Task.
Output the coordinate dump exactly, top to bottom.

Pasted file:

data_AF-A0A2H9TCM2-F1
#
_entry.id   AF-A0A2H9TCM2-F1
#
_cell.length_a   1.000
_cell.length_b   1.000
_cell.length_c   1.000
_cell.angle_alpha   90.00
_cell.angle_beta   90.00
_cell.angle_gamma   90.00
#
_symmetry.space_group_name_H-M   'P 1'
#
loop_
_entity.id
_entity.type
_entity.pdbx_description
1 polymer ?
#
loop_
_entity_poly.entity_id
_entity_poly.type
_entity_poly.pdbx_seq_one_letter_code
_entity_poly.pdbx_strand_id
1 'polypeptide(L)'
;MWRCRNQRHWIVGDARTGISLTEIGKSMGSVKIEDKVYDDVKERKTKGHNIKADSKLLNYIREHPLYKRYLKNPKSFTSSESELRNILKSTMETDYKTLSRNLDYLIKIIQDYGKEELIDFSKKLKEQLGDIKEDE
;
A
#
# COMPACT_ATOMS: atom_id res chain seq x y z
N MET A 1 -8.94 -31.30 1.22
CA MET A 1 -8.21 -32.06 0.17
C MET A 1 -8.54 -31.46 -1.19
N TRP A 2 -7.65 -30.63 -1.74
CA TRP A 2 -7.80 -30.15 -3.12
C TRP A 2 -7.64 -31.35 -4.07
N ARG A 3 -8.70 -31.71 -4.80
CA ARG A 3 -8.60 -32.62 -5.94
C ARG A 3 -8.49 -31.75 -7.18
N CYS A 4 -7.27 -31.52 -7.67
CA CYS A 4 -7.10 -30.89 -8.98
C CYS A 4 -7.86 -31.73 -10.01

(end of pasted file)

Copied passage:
data_AF-A0A2H9TCM2-F1
#
_entry.id   AF-A0A2H9TCM2-F1
#
_cell.length_a   1.000
_cell.length_b   1.000
_cell.length_c   1.000
_cell.angle_alpha   90.00
_cell.angle_beta   90.00
_cell.angle_gamma   90.00
#
_symmetry.space_group_name_H-M   'P 1'
#
loop_
_entity.id
_entity.type
_entity.pdbx_description
1 polymer ?
#
loop_
_entity_poly.entity_id
_entity_poly.type
_entity_poly.pdbx_seq_one_letter_code
_entity_poly.pdbx_strand_id
1 'polypeptide(L)'
;MWRCRNQRHWIVGDARTGISLTEIGKSMGSVKIEDKVYDDVKERKTKGHNIKADSKLLNYIREHPLYKRYLKNPKSFTSSESELRNILKSTMETDYKTLSRNLDYLIKIIQDYGKEELIDFSKKLKEQLGDIKEDE
;
A
#
# COMPACT_ATOMS: atom_id res chain seq x y z
N MET A 1 -8.94 -31.30 1.22
CA MET A 1 -8.21 -32.06 0.17
C MET A 1 -8.54 -31.46 -1.19
N TRP A 2 -7.65 -30.63 -1.74
CA TRP A 2 -7.80 -30.15 -3.12
C TRP A 2 -7.64 -31.35 -4.07
N ARG A 3 -8.70 -31.71 -4.80
CA ARG A 3 -8.60 -32.62 -5.94
C ARG A 3 -8.49 -31.75 -7.18
N CYS A 4 -7.27 -31.52 -7.67
CA CYS A 4 -7.10 -30.89 -8.98
C CYS A 4 -7.86 -31.73 -10.01